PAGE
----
(2 Samuel 24)
King David of Israel was undoubtedly Israel’s greatest king, whom the Lord said was a “man after His own Heart!’ (Acts 13:22) But even great men have their weak moments, and David was no exception. Although it was he who said, ‘There is no king saved by the size of his army, neither a mighty man delivered by much strength.’ (Psalm 33:16), there was a moment when David was tempted to rely on the military might of his armies for security.
During a brief period David temporarily lost the government of his kingdom. His rebellious young son, Absalom, conspired against the throne of his father by cunningly befriending many prominent men and people of Israel with his great promises and subtle, but very charming personality, The Bible says ‘he stole the hearts of the men of Israel.’ (2Samuel 15:6) However, Absalom’s rebel government was very short-lived, for there were still many loyal men of Israel who never lost faith in David’s God-appointed, faithful leadership.
Eventually bad Absalom met his end during a battle against David’s men. His armies were defeated, after which David was rightfully restored to the throne, ruling from his beloved city, Jerusalem, however after his return from exile, David, perhaps being somewhat shaken by the ordeal, forgot that God alone was his strength and shield. In an attempt to strengthen his kingdom’s defenses, He decided to build up a vast military force. So David decided to initiate a government project calling for a nationwide census to count the number of fighting men in all of Israel.
Even Joab, hardened soldier that he was, believed that David was making a mistake. And he said unto King David, “Nay the Lord your God multiply the size of your troops a hundred times over in your lifetime. But why does my lord the king want to do such a thing?” Joab knew that the Lord never liked His people to measure their faith by the strength of their numbers. (Judges 7:2)
But David refused to listen to Joab and insisted that the numbering be done. After nine months, the census was finished, and Joab returned with the figures. In all Israel and Judah there were 1,300,000 men who drew swords. Hardly had Joab left the king’s chamber, than David began to see his blunder. In all the years he had ruled Israel, David had demonstrated great faith and trust in God, and yet now he had fallen prey to the temptation of trusting in the arm of flesh.
As it dawned on him what he’d done, King David was conscience-stricken, and turning to the Lord, he poured out a prayer, confessing, “I have greatly sinned because I have done this thing. But now, 0 Lord, I beg of You, take away the guilt of Your servant. I have done a very foolish thing.”
The next morning, the Word of the Lord came to Gad, the Prophet, saying, “Go and tell David, I will give unto you three options, choose one of them for me to carry out against you.” Although David was sorry, there was a price he had to pay for his sin- three years of famine throughout all the land, or three months of invasion during which the King would be forced to flee before his enemies, or three days of pestilence with the Angel of the Lord destroying throughout all the coasts of Israel.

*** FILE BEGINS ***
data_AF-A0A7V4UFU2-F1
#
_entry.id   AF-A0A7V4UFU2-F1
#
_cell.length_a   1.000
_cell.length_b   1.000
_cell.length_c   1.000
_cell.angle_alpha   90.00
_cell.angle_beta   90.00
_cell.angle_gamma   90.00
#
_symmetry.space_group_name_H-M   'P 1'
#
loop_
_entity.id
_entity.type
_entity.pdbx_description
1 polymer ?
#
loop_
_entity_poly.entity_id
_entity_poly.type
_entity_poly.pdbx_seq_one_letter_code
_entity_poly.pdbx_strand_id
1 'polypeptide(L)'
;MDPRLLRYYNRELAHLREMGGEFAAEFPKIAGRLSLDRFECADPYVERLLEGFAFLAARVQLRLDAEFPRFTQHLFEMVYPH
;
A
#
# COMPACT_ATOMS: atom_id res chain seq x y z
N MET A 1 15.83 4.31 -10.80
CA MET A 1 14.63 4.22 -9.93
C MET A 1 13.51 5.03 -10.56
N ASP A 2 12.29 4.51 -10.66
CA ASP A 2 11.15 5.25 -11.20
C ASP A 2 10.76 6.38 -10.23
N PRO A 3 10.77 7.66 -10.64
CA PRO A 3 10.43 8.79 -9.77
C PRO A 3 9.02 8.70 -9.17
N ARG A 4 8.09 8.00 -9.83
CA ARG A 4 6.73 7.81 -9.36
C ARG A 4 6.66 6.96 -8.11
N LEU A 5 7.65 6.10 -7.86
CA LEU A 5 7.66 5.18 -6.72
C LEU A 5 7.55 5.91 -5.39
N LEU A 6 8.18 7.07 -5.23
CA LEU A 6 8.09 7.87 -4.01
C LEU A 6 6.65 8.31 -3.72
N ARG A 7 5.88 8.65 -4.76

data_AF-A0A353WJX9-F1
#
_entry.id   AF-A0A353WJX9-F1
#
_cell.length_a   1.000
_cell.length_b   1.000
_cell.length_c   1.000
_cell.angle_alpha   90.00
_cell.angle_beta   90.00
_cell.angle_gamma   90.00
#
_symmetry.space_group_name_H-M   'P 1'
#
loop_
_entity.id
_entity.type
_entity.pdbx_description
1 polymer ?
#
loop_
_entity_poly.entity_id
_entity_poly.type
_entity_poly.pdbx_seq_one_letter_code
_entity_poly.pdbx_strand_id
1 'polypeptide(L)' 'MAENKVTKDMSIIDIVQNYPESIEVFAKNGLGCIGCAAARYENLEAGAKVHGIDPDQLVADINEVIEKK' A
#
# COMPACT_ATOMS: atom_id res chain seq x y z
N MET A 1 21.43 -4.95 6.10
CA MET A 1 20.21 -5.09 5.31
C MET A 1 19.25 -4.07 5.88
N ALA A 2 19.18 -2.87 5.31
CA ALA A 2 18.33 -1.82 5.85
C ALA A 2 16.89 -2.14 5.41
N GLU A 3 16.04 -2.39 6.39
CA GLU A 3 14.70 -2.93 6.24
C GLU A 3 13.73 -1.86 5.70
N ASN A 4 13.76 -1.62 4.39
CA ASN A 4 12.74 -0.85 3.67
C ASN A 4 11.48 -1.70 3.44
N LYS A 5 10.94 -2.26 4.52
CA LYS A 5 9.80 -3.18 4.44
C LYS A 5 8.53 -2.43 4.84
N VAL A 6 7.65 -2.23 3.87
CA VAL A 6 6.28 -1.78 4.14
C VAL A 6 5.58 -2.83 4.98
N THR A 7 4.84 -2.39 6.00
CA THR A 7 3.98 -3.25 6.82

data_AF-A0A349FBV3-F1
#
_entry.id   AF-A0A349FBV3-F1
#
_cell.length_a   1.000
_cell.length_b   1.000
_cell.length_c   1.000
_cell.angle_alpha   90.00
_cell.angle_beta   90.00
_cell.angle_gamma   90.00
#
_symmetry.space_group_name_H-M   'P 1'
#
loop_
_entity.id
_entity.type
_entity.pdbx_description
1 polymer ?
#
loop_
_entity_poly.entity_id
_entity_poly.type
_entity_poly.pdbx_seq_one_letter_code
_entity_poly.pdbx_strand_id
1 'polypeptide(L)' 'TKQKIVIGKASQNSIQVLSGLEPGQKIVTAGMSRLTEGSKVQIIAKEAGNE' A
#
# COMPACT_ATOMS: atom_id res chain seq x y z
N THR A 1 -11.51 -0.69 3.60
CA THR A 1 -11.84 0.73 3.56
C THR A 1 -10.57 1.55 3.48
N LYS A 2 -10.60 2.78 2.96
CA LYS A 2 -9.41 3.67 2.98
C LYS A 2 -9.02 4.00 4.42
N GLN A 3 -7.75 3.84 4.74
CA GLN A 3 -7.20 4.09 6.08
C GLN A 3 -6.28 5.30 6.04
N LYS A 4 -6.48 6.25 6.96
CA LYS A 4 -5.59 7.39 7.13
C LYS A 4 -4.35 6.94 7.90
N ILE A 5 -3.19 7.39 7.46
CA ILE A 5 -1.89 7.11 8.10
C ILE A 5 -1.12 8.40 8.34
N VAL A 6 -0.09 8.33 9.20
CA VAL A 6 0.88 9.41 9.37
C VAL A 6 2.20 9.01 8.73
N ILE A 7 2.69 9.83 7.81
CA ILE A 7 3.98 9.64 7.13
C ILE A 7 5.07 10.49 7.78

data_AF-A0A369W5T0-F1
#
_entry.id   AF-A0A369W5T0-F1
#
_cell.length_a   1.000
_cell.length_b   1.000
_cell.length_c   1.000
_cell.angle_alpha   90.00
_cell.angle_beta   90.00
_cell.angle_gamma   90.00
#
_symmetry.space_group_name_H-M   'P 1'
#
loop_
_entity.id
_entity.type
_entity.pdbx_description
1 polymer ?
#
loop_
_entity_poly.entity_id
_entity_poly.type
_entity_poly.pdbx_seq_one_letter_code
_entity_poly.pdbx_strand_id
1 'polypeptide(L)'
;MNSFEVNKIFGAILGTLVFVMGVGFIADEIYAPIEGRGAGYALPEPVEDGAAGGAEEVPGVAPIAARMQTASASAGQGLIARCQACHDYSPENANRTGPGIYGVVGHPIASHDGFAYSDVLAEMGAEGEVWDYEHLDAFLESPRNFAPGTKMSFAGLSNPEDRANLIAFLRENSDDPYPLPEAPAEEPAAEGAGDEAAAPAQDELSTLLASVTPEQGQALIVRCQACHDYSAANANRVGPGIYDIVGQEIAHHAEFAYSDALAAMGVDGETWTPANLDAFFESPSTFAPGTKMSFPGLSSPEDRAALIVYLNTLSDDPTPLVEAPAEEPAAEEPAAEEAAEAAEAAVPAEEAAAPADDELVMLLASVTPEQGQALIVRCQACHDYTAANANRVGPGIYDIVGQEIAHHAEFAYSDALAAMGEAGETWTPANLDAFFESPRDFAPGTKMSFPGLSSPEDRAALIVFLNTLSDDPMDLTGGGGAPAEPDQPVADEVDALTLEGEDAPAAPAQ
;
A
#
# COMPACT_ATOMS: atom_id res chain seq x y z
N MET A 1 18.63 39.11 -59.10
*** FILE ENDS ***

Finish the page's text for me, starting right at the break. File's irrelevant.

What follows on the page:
It was a difficult decision to make, but finally David said, “I am in deep distress, but let us now fall into the hands of the Lord, for His mercy is great. But do not let me fall into the hands of men.” And so from that morning until the end of the three days, a great pestilence came upon Israel and 70,000 of the men which Joab had counted died.
Then it was that David saw a dreadful vision of the Angel of the Lord. The Angel stood poised between the Earth and the Heaven by the threshing floor of Araunah the Jebusite with a mighty sword drawn in his hand, stretched out over Jerusalem. It was then that David, in desperation, pleaded for God to spare the people of Jerusalem.
Taking all the blame upon himself, David cried, “Is it not I that commanded the people to be numbered? It is I that have sinned and done this evil. But as for these sheep, what have they done? Let Thy hand, I pray Thee, 0 Lord my God, be upon me and upon my father’s house, but not upon Thy people that they should be plagued.” Here we see the great love that dear King David had for his people.
And suddenly there came a message of God through the Prophet Gad, telling him to go to the threshing floor of Araunah to build an altar to the Lord there. And as David approached, Araunah and his four sons had been threshing wheat. But when they’d seen the Angel, they had hid themselves. Still trembling, they came out to meet their heavy-hearted king.
When David asked if he could buy the place so that he might build an altar there, Araunah generously replied, “Take it, my Lord, for yourself, and I will give you oxen for your burnt offerings, and the threshing instruments for firewood. I will give it all unto you.” But David said, “No, I will pay the full price. I will not give unto the Lord that which hath cost me nothing!” (2Samuel 24:24)
So David paid Araunah and built an altar there and laid a sacrifice on it. Suddenly a brilliant flash of fire came out of Heaven, and the sacrifice was consumed in flame and smoke. This was a sign from the Lord that God had forgiven him. So the pestilence ended and the Angel with the sword was seen no more.

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